The Religious Left Strikes Back

Image thanks to Sharyn Raggett.

The signs were everywhere. Rapturous applause for Peter Costello at a Hillsong convention. A full page pro-PM ad paid by the Exclusive Brethren. Preferences flowing from Family First. In 2004, it was a done deal: God had endorsed the Coalition.

In the aftermath of that election, the secular Left helped align faith politics to conservatism. In 2005, Marion Maddox penned God Under Howard: The Rise of the Religious Right in Australia drawing a connection between biblical and market fundamentalists. Then Amanda Lohrey, in her 2006 Quarterly Essay, Voting for Jesus: Christianity and Politics in Australia, explored how Gen Y’s fascination with the Pentacostal rock-God translated into Howard votes.

Today, however, the idea that people of faith will vote as a block for the Coalition at the Federal election seems fanciful. Faith politics may still shape the election result, but largely because of a progressive Christian backlash against the so-called rise of the religious Right. Christian social teaching on a just wage and stewardship over the environment has ensured Workplace Rights and Climate Change are vote shaping issues, while the politics of personal morality fails to gain traction.

In fact, the swing away from personal morality politics by Christians has been made possible by WorkChoices. Like the rest of the community, Christians are troubled by the impact working life is having on families. In 2004, 34 per cent of respondents to a National Church Life Survey nominated their workplace as a source of insecurity and stress. A quarter of those surveyed were most fearful of losing their jobs in future workplace restructures. As Workchoices has made dismissal and redundancy for purely ‘operational reasons’ much easier for employers, workplace relations has grown as a concern for people of faith.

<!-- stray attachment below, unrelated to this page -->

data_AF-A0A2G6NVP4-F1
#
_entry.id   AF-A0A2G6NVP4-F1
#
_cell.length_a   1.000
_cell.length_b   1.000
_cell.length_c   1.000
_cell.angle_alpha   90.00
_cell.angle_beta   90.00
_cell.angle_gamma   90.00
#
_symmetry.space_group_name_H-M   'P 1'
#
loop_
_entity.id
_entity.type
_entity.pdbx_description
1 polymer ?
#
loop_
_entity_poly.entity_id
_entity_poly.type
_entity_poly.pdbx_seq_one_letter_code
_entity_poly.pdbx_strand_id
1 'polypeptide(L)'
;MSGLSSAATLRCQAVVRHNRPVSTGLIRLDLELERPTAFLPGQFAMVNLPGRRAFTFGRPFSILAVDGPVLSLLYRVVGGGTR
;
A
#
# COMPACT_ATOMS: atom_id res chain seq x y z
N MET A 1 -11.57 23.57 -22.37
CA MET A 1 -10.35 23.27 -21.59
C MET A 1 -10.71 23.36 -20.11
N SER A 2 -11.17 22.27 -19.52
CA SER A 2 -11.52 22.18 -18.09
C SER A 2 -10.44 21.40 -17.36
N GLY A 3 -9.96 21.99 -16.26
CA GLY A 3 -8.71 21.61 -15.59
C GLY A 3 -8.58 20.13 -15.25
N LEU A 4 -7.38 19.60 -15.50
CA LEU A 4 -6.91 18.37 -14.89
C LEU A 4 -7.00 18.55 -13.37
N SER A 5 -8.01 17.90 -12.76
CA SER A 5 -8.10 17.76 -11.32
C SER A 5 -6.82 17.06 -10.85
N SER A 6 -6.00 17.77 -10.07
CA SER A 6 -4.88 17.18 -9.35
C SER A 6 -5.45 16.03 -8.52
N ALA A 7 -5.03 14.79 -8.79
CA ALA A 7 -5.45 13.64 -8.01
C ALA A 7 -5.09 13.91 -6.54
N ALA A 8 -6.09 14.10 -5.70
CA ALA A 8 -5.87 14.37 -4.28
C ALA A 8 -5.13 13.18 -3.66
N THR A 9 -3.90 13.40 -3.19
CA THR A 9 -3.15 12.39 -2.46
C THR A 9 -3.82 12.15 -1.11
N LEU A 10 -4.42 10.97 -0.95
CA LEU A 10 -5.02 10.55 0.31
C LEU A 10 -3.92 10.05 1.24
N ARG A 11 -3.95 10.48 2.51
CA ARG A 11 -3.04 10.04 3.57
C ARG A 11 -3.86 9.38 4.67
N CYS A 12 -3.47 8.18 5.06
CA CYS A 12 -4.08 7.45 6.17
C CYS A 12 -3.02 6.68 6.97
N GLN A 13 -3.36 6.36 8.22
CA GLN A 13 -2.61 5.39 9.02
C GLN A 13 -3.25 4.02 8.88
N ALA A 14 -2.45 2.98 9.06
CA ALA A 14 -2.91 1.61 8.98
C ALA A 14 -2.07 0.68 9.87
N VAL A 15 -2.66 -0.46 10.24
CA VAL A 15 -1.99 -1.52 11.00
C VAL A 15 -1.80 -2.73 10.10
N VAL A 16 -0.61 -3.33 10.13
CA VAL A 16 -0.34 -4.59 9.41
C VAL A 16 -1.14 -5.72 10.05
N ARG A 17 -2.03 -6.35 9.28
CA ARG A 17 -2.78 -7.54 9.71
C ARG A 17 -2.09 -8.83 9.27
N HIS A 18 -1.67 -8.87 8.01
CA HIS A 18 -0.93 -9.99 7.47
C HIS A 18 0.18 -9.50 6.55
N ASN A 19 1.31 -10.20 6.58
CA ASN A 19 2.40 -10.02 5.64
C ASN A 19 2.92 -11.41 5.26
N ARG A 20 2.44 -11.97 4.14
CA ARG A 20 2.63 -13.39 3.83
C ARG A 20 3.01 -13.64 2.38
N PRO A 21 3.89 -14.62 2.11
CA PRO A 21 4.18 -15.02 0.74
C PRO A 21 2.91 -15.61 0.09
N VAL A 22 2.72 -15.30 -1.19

WorkChoices represents a threat to family, to work-life balance, and to Sunday as a day of prayer and rest. Consequently, representatives of every mainstream Christian Church have spoken out against it. Catholics, Anglicans, Presbyterians, Baptists and the Uniting Church all are united in their criticism and condemnation.

After the ACTU, concerned Christians are the next biggest critics of extreme IR policies. The Australian Catholic Bishop’s Council for Employment Relations articulates the Christian concern about WorkChoices best:

Clearly, poor wages, excessive hours, irregular work and job insecurity will affect the ability of family to function, meet day to day needs and provide for the future.

Many Christians believe that WorkChoices is immoral and inconsistent with church social teachings about the protection of the poor. ‘As a relatively rich society,’ observes Anglican Bishop of Tasmania, John Harrower, ‘we can afford to be generous.’

But is it not just the Christian social justice lobby who is concerned. Family First Senator Steve Fielding, a member of the Assemblies of God Church, has been a surprisingly strong opponent of WorkChoices. He voted against the introduction of the Government’s IR reforms and introduced his own private members Bill aimed at restoring family-work balance.

Fielding’s election to the Senate in 2004 was supposed to provide moral support for Coalition economic policies through adherence to the ‘prosperity gospel.’ It was widely assumed by both the conservatives and the secular Left that Family First would endorse US-style theology preaching wealth and material success as the just reward for following the Godly path.

But in a recent, under-reported speech to the Sydney Institute, Senator Fielding has asserted that ‘economic liberalism is incompatible with social conservatism’, savaging the Government’s WorkChoices legislation as an example of the disconnect. He accused both major Parties of ’embracing market fundamentalism at the expense of Australian families’ and called for economic policies to be reframed to focus on ‘what’s best for the family and what’s best for children, not what’s best for the market and employers.’

Fielding’s speech was not at all what John Howard, Tony Abbott and Costello had in mind when they began cultivating the Christian vote with an appeal to ‘family values.’ WorkChoices has created a wedge between people of faith and the Coalition and nothing can be assumed by them about the Christian vote as a consequence.